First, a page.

FIG. 7 is a block diagram of a computer system into which the tactile display may be incorporated.

DETAILED DESCRIPTION

A method and apparatus for a refreshable tactile computer display is described. In the following description, for the purposes of explanation, numerous specific details are set forth in order to provide a thorough understanding of the present invention. It will be apparent, however, to one skilled in the art that the present invention may be practiced without these specific details. In other instances, well-known structures and devices are shown in block diagram form in order to avoid unnecessarily obscuring the present invention.

Embodiments of the invention apply to forming Braille characters, tactile graphics, and topographic information and any combination of the three types of information. To simplify the description of the invention, a first embodiment that may be applied to all three kinds of information is described in a first section. To further describe the invention in detail, several specific examples with additional details are also provided in subsequent sections.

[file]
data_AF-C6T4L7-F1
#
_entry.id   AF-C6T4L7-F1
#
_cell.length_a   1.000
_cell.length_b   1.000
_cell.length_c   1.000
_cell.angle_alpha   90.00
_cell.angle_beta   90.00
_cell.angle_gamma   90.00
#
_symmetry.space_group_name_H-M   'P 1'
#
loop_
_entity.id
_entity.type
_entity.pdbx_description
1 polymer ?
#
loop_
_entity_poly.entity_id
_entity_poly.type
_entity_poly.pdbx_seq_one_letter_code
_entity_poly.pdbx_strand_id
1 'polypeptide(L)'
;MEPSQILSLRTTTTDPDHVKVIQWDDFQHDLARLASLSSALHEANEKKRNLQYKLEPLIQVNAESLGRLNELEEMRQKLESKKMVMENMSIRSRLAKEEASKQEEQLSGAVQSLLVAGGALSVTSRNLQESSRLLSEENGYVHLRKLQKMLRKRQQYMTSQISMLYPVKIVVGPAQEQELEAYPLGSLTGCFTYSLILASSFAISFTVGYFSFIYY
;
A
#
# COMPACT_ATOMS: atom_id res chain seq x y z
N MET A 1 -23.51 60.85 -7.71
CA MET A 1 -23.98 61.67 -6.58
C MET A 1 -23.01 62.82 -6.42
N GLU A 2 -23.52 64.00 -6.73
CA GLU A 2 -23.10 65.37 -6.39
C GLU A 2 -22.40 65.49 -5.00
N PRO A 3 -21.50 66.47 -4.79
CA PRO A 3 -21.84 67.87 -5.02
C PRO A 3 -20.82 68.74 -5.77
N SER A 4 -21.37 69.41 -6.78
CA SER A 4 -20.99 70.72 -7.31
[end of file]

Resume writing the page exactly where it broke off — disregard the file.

1. Refreshable Topographic Tactile Display Structural Elements

FIG. 1A is a block diagram illustrating a tactile output device with tactile elements in an extended position, according to an embodiment of a refreshable topographic tactile display 100. Neither the block diagram of FIG. 1A nor any other block diagram is drawn to scale. The display 100 includes one or more frames 102 in which are mounted rigid pins 120, which are used as tactile elements that can be touched by a user of the tactile display. In other embodiments, other elements, such as rigid spheres or other shapes, may be used as tactile elements.